I don’t mean to be a WordPress wanker over here (The Inbetweeners, anyone?), but after many emails and comments from my post on how to rebrand your blog, it’s time we sat down and have a talk about if you should switch from Blogger to WordPress.
Spoiler: The answer isn’t always yes. I really don’t mean to be a WordPress wanker.
I am going to assume you are a Blogger user, as aside from a small percentage of Squarespace and Tumblr blogs, most bloggers are using Blogger when they start out. Please understand that I started out on Blogger too, so I understand exactly how nervous you feel for your blog to switch from Blogger to WordPress and why you could be avoiding doing it. So first, let’s look at reasons why you should make the switch.
This is WordPress.org (self-hosted), not WordPress.com
Google owns your blog content
I touched on this previously and it caused quite a few readers to enter meltdown mode, understandably. If your blog is free of charge to run, you do not own your blog. You do not own the content, you control a minor part of the content and you have no control if anything happens to it.
Google can delete your blog whenever they decide it has gone against one of their ridiculous and sensitive policies. They are also really smart at covering their arses via search engine results (through Google) and even if you can find an article related to them deleting someone’s blog, the proof of their incompetence has been removed from Google’s archives. Shady.
Not only can Google delete your blog if they feel it is “spammy” (by the way, quite a few personal blogs have been seen as “spam” by Google – for no known reason – and deleted), but I have found Blogger users whose blogs were deleted by Google by accident. Now, I don’t know about you, but I know that I don’t want anyone accidentally deleting my blog apart from me. And even that is a less than ideal situation.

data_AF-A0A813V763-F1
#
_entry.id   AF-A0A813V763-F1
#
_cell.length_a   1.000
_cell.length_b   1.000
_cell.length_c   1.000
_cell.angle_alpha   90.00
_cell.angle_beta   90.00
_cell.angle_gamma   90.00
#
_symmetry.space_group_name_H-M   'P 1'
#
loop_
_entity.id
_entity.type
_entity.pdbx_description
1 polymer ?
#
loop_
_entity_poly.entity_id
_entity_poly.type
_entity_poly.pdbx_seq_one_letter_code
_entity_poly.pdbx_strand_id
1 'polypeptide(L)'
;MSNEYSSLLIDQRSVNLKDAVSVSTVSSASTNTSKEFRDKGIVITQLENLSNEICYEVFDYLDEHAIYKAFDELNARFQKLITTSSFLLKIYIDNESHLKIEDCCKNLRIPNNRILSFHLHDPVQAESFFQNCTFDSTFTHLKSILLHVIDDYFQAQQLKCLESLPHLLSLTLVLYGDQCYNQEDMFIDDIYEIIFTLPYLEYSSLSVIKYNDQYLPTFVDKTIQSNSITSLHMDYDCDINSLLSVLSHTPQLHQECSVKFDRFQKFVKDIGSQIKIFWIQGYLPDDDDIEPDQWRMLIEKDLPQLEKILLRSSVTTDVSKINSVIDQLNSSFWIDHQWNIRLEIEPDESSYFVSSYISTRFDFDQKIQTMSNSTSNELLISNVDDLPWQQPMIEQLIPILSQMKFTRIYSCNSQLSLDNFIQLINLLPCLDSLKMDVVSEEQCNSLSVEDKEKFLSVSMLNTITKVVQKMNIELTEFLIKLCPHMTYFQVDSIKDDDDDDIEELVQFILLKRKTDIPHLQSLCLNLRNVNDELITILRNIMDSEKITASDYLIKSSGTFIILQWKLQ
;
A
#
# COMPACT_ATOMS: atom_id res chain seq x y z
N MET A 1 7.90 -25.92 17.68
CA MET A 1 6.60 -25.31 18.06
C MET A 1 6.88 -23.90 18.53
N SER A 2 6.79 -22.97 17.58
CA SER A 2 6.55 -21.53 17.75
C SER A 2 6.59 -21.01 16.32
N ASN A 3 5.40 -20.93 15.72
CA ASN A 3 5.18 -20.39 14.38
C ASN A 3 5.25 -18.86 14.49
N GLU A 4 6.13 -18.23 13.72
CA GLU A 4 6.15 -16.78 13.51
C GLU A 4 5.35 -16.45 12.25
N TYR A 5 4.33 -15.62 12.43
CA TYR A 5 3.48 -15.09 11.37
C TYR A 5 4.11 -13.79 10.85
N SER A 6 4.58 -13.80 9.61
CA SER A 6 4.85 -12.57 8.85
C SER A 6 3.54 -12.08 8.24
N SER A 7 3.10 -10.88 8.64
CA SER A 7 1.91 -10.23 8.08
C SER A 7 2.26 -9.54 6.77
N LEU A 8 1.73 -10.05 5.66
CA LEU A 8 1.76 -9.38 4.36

However, on WordPress you own your own content because you pay a small fee per month for a space on the internet to host your blog. Nobody can delete your blog as nobody other than you (and Host Gator if you allow tech support temporary permission) has access to it’s main files. I pay $4 per month for my blog to be hosted via Host Gator and for the price, I am happy with their service. For anyone interested, you can get 25% off a hosting package with Host Gator by using ‘thelotuscreative’ at the checkout. Bonus ;).
Design options are limited
It is not possible to have a responsive design with Blogger unless you use their own mobile friendly themes. If you have created your own theme on Blogger or had a designer come in to do the work, you either have to accept that your mobile users will never see that hard work, (possibly) money and graft you put in, or they have to zoom in to view your blog. As for the latter, they won’t zoom in, they will just close your blog down and move on to the next one that doesn’t require that much effort.
Unless you are particularly skilled with designing or can afford to hire a designer, you will find Blogger to be very limiting when it comes to your design. Most of their templates are very dated and as someone who works with HTML & CSS on a daily basis, I can tell you that some of the edits you have to make are completely unnecessary and long winded.
On WordPress, you have thousands of themes to choose from, whether they are free or premium, not to mention a wide array of designers to choose from who can work wonders with the blank canvas WordPress allows them to have. WordPress is great for you to practice some new HTML, CSS & PHP skills (if you want) or you can download plugins that allow you to customise your look with drag and drop features, colour pickers, etc. The options are pretty endless. Not to mention the fact that WordPress has a vast collection of responsive design options at their disposal, your blog can look the absolute bees knees (Did I really just…?) with a little time learning some code or sourcing a designer.
Blogger is blocked in certain areas
Any institution that has blockers on it’s computers can potentially have blocked it’s users from accessing any Blogger site, as the URL (even if you attach your own .com to your blog) still connects back to Blogger.
With WordPress, this doesn’t happen because each WordPress blog is it’s own website and not affiliated with WordPress directly.
Lack of customer service or assistance